BOOK REVIEW OF- The Panchatheertha Part 1
By- Rajiv Mittal (Author)
Format: Kindle Edition
File Size: 1075 KB
Print Length: 352 pages
Simultaneous Device Usage: Unlimited
Sold by: Amazon Asia-Pacific Holdings Private Limited
THE PLOT IN BRIEF-
The Panchatheertha (five pilgrimages) is an outrageously funny, satirical revision of sections 1 & 2 of The Panchatantra, the masterpiece Vishnu Sharma wrote between 1200 BCE to 300 CE. The stories are primarily about statecraft and full of wisdom and morals. Despite that, youngsters found them very entertaining. In the tales, animals act and speak on behalf of human beings. The series begins with a parent story that unfolds story after story; each strung to the other by a narrator. Vishnu Sharma’s reincarnation Shiva Varma has, in this redraft, revived the ancient Indian tradition of parampara (continuation of knowledge from one guru to the next). In his excitement, he forgot the younger age group of his shishyas (students). His characters now try to explain the motives for their actions, also express their feelings; something The Panchatantra had cleverly avoided doing. Within its pages, animals are still made to think and behave like human beings but have not otherwise been harmed in any way. The Panchatheertha was considered lost but the discovery of two altered strategies ‘The Loss of Friends’ and ‘Gaining Friends’ should create hope within the large and growing community that has had considerable success with the first and complete failure with the second. Those wanting to meet Shiva Varma are hereby informed he dislikes economists, preferring astrology. He is in samadhi (seclusion / deep meditation) and not in hiding. There are many intriguing characters not known to Vishnu Sharma in this adaptation; from a sex consultant plying his trade in the locality Ajilundpenodhoka in district Makasam… to a devadasi (courtesan) wanting to conduct the temple prayers because she is bored… to Sage Narada Muni !! Bibliophiles are urged to read the original Panchatantra (which Shiva Varma did consider including as an appendix), to truly appreciate the extent to which history gets distorted when it is made to explain itself. Historically, the appendix has been viewed as a vestigial organ with no real function. This is why Shiva Varma chose not to include it… or so he claims.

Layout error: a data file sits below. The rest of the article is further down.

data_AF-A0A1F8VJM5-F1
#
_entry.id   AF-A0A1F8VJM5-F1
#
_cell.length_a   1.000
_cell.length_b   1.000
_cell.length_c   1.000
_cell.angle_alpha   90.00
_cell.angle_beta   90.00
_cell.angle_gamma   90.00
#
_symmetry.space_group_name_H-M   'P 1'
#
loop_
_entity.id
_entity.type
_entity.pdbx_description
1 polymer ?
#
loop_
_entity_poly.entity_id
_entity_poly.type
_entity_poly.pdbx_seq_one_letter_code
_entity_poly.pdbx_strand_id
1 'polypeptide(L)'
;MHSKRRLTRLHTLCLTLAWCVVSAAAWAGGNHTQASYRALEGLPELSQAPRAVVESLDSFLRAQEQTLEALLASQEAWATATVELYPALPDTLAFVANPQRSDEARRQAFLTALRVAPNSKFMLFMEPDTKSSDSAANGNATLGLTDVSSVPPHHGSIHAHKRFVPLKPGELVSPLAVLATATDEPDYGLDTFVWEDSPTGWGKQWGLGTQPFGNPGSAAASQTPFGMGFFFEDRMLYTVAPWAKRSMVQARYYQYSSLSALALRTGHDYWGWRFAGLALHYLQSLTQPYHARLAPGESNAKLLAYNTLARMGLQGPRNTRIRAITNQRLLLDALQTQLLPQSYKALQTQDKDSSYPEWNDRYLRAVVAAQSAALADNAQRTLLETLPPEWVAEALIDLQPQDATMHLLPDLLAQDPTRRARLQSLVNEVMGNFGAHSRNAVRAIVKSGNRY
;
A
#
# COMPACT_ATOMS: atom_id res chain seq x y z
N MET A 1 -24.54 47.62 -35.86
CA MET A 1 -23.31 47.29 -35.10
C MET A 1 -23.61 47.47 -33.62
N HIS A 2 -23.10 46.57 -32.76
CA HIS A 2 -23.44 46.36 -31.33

The Panchatheertha or five pilgrimages is a book which tries to venture in seeking after what the soul desires we become pilgrims with no home but the path the soul would have us follow. The purpose of a pilgrimage is about setting aside a long period of time in which the only focus is to be the matters of the soul. Many believe a pilgrimage is about going away but it isn’t; it is about coming home. Those who choose to go on pilgrimage have already ventured away from themselves; and now set out in a longing to journey back to who they are. Many a time we believe we must go away from all that is familiar if we are to focus on our inner well-being because we feel it is the only way to escape all that drains and distracts us, allowing us to turn inward and tend to what ails us. Yet we do not need to go to the edges of the earth to learn who we are, only the edges of ourselves. Being inspired from Vishnu Sharma’s The Panchatantra, the book revisits the morals coupled with emotions and the messages that were left behind the book
REVIEW OF THE BOOK-